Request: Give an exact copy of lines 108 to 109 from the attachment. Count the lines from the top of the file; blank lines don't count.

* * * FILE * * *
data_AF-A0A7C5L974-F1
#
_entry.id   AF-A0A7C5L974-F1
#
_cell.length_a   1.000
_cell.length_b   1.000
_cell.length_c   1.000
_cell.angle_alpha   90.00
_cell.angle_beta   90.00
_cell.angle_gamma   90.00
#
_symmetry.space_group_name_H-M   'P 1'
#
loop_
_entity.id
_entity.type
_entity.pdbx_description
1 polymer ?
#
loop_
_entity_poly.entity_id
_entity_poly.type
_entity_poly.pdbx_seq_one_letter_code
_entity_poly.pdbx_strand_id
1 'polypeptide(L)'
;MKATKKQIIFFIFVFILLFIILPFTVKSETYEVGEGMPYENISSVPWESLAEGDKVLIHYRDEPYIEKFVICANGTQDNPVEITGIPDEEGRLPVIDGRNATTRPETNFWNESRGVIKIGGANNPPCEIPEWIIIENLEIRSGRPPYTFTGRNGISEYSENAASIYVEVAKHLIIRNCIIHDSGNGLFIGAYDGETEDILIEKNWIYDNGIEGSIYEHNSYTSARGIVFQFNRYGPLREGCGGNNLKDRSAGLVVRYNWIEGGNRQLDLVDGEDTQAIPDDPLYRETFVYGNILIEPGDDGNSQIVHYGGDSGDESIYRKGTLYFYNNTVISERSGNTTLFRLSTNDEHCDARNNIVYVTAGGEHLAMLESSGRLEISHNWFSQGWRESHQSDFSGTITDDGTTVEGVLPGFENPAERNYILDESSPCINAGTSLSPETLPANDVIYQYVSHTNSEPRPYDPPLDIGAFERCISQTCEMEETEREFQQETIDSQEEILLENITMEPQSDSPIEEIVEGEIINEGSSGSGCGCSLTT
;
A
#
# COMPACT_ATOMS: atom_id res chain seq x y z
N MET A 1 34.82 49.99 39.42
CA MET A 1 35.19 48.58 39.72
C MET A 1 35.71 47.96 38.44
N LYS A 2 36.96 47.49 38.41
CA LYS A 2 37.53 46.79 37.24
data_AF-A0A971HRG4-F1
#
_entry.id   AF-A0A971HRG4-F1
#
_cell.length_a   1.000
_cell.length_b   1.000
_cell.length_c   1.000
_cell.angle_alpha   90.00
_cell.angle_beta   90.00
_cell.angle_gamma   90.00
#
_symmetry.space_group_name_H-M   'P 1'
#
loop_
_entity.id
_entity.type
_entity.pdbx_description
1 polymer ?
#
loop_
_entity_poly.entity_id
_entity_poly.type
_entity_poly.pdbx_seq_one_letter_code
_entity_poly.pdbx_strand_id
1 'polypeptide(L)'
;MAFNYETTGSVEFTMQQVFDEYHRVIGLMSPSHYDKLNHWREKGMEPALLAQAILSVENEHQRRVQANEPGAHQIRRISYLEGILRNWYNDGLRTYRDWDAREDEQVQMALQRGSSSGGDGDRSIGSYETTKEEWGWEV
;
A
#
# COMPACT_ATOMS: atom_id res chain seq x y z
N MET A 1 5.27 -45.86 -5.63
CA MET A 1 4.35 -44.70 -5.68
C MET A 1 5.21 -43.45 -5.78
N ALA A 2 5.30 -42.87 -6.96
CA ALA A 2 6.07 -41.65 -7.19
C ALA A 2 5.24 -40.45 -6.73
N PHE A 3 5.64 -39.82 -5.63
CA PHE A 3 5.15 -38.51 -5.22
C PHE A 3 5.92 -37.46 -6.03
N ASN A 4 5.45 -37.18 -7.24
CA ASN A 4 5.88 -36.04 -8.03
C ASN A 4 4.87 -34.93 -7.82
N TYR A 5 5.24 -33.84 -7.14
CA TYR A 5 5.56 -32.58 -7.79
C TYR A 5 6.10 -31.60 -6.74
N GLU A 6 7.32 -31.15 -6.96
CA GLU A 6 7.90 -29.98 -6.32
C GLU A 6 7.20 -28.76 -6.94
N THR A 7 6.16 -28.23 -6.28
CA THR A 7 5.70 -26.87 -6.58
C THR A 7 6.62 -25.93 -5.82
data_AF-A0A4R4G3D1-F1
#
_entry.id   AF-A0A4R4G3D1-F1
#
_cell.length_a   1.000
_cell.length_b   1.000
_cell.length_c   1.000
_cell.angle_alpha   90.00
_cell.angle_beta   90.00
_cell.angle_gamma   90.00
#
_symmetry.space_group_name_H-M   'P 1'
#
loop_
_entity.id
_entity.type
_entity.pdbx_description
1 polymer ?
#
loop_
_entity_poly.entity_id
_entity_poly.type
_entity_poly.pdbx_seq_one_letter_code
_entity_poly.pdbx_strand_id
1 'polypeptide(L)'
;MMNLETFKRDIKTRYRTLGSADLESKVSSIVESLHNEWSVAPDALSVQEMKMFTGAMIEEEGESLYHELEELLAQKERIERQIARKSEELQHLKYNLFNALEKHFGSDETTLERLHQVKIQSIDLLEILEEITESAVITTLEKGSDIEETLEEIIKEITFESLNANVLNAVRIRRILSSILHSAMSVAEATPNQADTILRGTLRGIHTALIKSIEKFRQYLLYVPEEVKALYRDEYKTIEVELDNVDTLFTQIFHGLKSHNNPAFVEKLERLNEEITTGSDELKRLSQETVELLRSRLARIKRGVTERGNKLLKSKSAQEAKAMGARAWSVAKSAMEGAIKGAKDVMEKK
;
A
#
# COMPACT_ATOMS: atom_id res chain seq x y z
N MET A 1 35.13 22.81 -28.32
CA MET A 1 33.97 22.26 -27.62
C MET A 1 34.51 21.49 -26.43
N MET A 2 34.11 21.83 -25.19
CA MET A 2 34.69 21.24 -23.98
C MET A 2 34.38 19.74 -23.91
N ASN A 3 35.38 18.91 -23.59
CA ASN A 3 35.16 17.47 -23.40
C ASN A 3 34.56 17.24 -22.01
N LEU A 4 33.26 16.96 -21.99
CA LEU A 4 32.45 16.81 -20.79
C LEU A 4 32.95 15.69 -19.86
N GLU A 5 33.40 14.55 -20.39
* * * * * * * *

_entity_poly.type
_entity_poly.pdbx_seq_one_letter_code